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Opinion A ‘Just Transition’ clean energy revolution can be a boon for West Virginia — and the country

A coal cleaning plant near Montgomery, W.Va., is seen on Oct. 14, 2018. (Melina Mara/The Washington Post)

The United States is poised to embark on a clean energy revolution. President Biden has introduced an infrastructure plan that goes beyond roads and bridges. It would produce millions of high-paying jobs with a series of investments to mitigate the impact of climate change — such as installing electric vehicle charging stations across the country, retrofitting our homes to increase energy efficiency, and expanding capacity in renewable sectors such as solar and offshore wind.

When the president unveiled his proposal last week, he spoke about a key philosophy guiding his plan: a mission to “bring everybody along.” His bill centers on a framework known as “Just Transition” — which aims to create greater opportunity for marginalized Americans while building a greener, more sustainable economy. Perhaps no state in our country better embodies the potential of this approach than West Virginia.

The Mountain State’s recent economic struggles are well documented. The state has lost more than 40 percent of its manufacturing jobs since 1994. Roughly 14,000 residents have lost jobs in industries such as coal mining and gas extraction in the past 10 years alone. And the livelihoods of an additional 40,000 West Virginians currently employed in fossil fuel-based sectors may be at risk as our economy transitions to more renewable sources.

A recent study by the Political Economy Research Institute (PERI) at the University of Massachusetts Amherst demonstrates just how large the benefits of the Just Transition could be. PERI’s report concludes that West Virginia can create more than 41,000 new jobs by investing in a clean infrastructure plan known as the Reimagine Appalachia blueprint. Like the Biden bill, this blueprint calls for better efficiency standards in buildings, public transit systems and the like. These steps would significantly reduce energy consumption in the state — which is currently twice the U.S. average. The blueprint would also repurpose shuttered coal sites into energy-efficient manufacturing plants, along with repairing leaking pipelines and plugging orphaned gas wells. And it would increase the supply of energy produced by renewable sources such as solar, geothermal and wind.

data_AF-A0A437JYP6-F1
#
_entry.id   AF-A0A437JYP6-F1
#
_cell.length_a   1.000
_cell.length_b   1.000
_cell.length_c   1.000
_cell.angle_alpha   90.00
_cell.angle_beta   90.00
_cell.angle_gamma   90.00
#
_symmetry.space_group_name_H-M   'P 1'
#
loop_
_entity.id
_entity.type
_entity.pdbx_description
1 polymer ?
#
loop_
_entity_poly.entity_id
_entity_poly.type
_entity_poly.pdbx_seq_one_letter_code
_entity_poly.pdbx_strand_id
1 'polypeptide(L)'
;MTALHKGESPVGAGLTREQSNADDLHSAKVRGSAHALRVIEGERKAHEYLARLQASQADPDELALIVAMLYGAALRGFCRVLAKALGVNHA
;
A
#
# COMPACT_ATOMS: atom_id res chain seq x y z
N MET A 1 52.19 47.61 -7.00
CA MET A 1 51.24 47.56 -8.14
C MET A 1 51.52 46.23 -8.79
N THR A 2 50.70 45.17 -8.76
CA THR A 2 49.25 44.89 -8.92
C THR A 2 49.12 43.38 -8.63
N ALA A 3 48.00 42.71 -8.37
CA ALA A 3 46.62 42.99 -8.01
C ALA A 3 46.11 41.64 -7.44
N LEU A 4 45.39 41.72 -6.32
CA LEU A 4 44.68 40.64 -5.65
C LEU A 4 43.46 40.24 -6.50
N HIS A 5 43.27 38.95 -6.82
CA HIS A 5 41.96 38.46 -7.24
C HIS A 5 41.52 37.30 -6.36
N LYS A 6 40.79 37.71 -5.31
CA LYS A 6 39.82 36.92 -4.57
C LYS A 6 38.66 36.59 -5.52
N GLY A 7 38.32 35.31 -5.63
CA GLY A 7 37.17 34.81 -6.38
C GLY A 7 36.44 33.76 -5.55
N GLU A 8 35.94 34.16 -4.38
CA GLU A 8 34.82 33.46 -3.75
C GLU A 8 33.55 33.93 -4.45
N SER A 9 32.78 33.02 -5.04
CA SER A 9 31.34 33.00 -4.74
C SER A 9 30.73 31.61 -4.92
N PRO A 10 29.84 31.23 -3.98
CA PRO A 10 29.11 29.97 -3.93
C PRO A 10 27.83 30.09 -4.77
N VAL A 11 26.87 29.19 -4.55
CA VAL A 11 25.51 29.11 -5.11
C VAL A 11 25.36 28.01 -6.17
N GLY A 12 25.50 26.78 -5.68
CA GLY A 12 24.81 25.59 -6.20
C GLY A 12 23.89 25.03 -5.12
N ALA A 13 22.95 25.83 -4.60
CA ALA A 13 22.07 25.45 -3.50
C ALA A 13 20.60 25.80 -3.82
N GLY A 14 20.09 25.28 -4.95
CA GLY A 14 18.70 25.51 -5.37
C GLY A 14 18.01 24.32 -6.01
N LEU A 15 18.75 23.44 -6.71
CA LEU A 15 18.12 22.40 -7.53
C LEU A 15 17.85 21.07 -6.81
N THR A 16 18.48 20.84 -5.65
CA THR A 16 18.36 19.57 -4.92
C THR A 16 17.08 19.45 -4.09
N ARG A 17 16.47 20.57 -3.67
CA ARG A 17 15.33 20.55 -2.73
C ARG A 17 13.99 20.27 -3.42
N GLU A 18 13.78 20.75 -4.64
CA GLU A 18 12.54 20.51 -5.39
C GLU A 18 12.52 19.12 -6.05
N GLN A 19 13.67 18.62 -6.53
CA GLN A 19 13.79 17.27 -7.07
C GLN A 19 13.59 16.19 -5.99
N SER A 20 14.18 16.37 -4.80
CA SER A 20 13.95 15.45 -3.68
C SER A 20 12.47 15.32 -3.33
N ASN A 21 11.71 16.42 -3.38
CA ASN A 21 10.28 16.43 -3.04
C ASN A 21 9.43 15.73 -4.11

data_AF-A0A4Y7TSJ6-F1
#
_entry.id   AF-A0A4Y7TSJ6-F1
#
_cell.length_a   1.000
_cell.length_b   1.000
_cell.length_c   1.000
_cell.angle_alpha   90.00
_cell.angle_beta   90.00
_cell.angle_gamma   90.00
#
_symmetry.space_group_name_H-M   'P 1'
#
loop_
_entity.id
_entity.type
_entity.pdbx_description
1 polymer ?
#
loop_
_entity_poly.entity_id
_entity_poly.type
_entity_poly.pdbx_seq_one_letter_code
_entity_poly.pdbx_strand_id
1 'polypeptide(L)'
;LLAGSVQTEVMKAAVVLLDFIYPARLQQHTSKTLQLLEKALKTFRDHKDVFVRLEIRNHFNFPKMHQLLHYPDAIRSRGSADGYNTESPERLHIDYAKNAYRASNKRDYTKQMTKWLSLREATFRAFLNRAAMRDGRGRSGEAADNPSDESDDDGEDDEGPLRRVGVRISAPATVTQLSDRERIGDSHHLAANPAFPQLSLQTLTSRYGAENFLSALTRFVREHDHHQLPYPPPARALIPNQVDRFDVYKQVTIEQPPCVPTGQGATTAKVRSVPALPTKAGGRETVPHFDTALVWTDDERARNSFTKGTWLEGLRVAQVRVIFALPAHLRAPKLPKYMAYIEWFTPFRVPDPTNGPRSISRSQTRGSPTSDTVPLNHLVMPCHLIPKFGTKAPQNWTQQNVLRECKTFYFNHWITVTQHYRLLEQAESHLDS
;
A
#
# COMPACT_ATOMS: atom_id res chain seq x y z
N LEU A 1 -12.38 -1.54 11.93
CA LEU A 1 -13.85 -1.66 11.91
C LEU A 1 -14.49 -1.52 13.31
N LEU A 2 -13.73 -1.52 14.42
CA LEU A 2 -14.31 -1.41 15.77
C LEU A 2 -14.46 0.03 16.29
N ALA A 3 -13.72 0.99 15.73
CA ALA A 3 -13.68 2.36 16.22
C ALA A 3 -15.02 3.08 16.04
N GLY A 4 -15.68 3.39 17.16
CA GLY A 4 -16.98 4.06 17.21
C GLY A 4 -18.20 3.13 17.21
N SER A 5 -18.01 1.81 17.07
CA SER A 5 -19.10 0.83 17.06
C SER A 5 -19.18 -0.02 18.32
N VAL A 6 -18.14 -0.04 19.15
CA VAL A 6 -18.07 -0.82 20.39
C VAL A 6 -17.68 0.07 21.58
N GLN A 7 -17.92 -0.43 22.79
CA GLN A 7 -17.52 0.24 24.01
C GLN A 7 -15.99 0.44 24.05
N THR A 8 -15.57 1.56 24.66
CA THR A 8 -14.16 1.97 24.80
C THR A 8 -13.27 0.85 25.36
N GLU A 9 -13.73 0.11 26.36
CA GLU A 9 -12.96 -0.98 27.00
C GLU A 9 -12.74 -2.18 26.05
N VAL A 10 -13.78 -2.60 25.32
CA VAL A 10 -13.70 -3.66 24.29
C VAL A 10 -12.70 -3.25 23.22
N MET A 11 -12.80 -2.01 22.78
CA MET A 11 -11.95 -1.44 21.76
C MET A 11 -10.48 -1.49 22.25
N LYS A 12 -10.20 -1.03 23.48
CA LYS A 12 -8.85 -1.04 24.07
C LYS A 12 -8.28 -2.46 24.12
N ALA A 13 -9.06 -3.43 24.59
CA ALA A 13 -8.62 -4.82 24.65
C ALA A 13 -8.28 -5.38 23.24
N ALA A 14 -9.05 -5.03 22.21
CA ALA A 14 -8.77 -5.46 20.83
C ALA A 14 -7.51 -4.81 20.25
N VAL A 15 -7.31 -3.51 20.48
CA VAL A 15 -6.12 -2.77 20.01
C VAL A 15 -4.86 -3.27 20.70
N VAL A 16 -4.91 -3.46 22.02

Critically, the Reimagine Appalachia blueprint sets forth a series of policies to support West Virginians once employed in fossil fuel-based industries as they transition to a more sustainable economy. For example, it would enact re-employment programs to guarantee that workers earn the same wages in the renewable sector, or elsewhere, that they earned in their previous positions. And it proposes cutting-edge retraining programs to help workers learn the skills needed to secure high-quality, well-paying jobs as the state’s green economy expands. All told, the cost of these supports for transitioning workers would amount to $143 million per year — just 0.2 percent of the state’s gross domestic product.

The overall blueprint the PERI study fleshes out is the brainchild of the Reimagine Appalachia coalition — a diverse array of environmental, labor and agricultural leaders from across the Ohio Valley. For more than a decade, its members have advocated on behalf of underserved communities to create a local economy where good jobs in clean energy and manufacturing are abundant. Now, they’ve positioned West Virginia and the surrounding region to serve as ground zero for America’s transition to a new, green economy.

The investments in Biden’s infrastructure proposal would provide vital funding to help translate the Reimagine Appalachia blueprint into concrete action. For instance, it contains $100 billion to retrain displaced workers and create millions of high-paying, unionized jobs in green energy. And it pledges 40 percent of its funding for climate and clean infrastructure toward disadvantaged communities such as those in West Virginia.

The Reimagine Appalachia coalition captured the urgency of this moment in throwing its support behind the president’s proposal: “Now is the time to put our ingenuity to use and imagine a 21st century economy that works for the people in the Ohio River Valley of Appalachia. Our kids and grandkids will thank us for it.” Lawmakers from the Mountain State — including powerful Sen. Joe Manchin III (D) — would be wise to embrace the opportunities of the Just Transition. They should recognize the president’s plan presents the only path forward for our nation — and champion its passage. The bill strikes a critical balance between providing much-needed support for those left behind by our modern economy, while simultaneously forging a more sustainable future. It offers proof that we can, in Biden’s words, bring everybody along in the effort to preserve our planet.

Read more:

Jennifer Rubin: What Americans will get from Biden’s $2 trillion infrastructure plan

Paul Waldman: GOP claims about ‘real infrastructure’ are silly. Why are media playing along?

Katrina vanden Heuvel: Biden is facing a Roosevelt moment

Catherine Rampell: The GOP, America’s most selfless political party

David Von Drehle: Of course infrastructure pays for itself. It leverages the greatest resource on earth.